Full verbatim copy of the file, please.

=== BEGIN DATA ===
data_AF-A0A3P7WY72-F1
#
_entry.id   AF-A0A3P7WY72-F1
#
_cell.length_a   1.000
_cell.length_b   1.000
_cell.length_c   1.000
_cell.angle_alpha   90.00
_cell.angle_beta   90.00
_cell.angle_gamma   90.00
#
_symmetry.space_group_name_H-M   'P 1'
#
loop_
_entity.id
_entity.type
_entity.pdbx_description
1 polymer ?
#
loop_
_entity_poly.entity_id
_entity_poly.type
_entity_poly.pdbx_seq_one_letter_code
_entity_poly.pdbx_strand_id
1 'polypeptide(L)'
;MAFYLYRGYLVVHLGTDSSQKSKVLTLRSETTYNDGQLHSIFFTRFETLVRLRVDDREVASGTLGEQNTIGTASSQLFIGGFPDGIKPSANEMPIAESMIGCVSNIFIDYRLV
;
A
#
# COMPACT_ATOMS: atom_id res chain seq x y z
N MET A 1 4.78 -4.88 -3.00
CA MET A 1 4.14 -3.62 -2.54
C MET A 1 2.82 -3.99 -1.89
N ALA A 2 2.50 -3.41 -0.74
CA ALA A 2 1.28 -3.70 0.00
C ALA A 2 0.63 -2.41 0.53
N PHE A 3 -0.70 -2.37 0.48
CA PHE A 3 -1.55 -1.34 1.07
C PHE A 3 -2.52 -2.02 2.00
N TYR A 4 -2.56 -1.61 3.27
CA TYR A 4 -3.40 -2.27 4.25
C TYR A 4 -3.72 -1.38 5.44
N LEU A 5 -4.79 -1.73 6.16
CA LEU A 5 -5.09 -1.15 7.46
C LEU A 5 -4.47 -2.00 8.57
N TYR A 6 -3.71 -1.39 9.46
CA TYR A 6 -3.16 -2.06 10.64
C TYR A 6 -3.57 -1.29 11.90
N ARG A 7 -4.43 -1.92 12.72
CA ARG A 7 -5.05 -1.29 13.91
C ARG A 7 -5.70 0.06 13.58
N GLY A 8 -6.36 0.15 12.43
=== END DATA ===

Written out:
data_AF-A0A3P7WY72-F1
#
_entry.id   AF-A0A3P7WY72-F1
#
_cell.length_a   1.000
_cell.length_b   1.000
_cell.length_c   1.000
_cell.angle_alpha   90.00
_cell.angle_beta   90.00
_cell.angle_gamma   90.00
#
_symmetry.space_group_name_H-M   'P 1'
#
loop_
_entity.id
_entity.type
_entity.pdbx_description
1 polymer ?
#
loop_
_entity_poly.entity_id
_entity_poly.type
_entity_poly.pdbx_seq_one_letter_code
_entity_poly.pdbx_strand_id
1 'polypeptide(L)'
;MAFYLYRGYLVVHLGTDSSQKSKVLTLRSETTYNDGQLHSIFFTRFETLVRLRVDDREVASGTLGEQNTIGTASSQLFIGGFPDGIKPSANEMPIAESMIGCVSNIFIDYRLV
;
A
#
# COMPACT_ATOMS: atom_id res chain seq x y z
N MET A 1 4.78 -4.88 -3.00
CA MET A 1 4.14 -3.62 -2.54
C MET A 1 2.82 -3.99 -1.89
N ALA A 2 2.50 -3.41 -0.74
CA ALA A 2 1.28 -3.70 0.00
C ALA A 2 0.63 -2.41 0.53
N PHE A 3 -0.70 -2.37 0.48
CA PHE A 3 -1.55 -1.34 1.07
C PHE A 3 -2.52 -2.02 2.00
N TYR A 4 -2.56 -1.61 3.27
CA TYR A 4 -3.40 -2.27 4.25
C TYR A 4 -3.72 -1.38 5.44
N LEU A 5 -4.79 -1.73 6.16
CA LEU A 5 -5.09 -1.15 7.46
C LEU A 5 -4.47 -2.00 8.57
N TYR A 6 -3.71 -1.39 9.46
CA TYR A 6 -3.16 -2.06 10.64
C TYR A 6 -3.57 -1.29 11.90
N ARG A 7 -4.43 -1.92 12.72
CA ARG A 7 -5.05 -1.29 13.91
C ARG A 7 -5.70 0.06 13.58
N GLY A 8 -6.36 0.15 12.43